Tea and Berries—Men’s Defense Against Parkinson’s

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Individuals who consumed flavonoid-rich foods like tea, berries, red wine and apples prominently diminish their threat of progressing Parkinson’s disease, as per a recent study by the University of East Angila and Harvard University.  Printed today in the periodical of Neurology, the results add to the growing body of proof that routine intake of some flavonoids might have a prominent impact on the human health. New research has shown that these elements might provide protection against an extensive range of diseases which include heart diseases, cancer, hypertension and dementia. This recent study is the initial one in human beings to display that flavonoids might protect the neurons against the diseases concerned with the brain like Parkinson’s.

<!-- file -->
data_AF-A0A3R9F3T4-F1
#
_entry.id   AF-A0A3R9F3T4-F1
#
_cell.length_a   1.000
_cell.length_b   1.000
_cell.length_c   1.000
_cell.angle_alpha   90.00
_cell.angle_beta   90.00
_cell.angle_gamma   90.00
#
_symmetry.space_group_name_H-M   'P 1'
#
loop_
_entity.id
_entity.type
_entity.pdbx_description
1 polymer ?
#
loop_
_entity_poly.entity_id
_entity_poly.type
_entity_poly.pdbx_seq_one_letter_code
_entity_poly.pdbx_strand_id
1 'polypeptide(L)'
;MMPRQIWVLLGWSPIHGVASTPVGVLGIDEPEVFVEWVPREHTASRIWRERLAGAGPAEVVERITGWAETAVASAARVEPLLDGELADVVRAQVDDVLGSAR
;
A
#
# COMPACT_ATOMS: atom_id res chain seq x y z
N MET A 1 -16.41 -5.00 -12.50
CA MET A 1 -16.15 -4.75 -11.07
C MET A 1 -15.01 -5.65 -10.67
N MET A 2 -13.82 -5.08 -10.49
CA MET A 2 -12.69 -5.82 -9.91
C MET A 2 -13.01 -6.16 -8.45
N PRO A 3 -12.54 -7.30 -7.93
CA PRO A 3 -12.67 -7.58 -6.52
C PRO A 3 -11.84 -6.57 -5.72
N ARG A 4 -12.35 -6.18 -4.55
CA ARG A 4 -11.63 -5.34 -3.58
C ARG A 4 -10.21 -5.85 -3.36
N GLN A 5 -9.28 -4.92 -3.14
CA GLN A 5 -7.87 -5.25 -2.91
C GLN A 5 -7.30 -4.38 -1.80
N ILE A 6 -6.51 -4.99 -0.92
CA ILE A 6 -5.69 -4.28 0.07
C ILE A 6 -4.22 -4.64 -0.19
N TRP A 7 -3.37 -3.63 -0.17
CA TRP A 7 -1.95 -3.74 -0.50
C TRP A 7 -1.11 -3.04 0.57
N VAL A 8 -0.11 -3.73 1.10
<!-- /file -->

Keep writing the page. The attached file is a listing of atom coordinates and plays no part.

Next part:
Around 130,000 males and females participated in the research and more than 800 had been diagnosed with Parkinson’ disease within last 20 years of their follow-up. Following a detailed observation of their diets and adjustment of their lifestyle and age, the male individuals who consumed most of the flavonoids were considered to be 40% les probable to be detected with this disease than those individuals who consumed the least. No same association was discovered for absolute flavonoid consumption in females.

This research was led by researchers from the Harvard School of Public Health. These interesting results provide additional confirmation that daily eating the flavonoids might have possible health benefits. This is the primary research in humans to observe the association amid the range of flavonoids in the diet and the danger of developing this disease and our results recommend that a sub-class of flavonoids which is called the antihistamines might have neuro-protective impact. This research even raises many questions regarding how our diet has impact on our risk of Parkinson and how we welcome any recent research which could possibly result in prevention.



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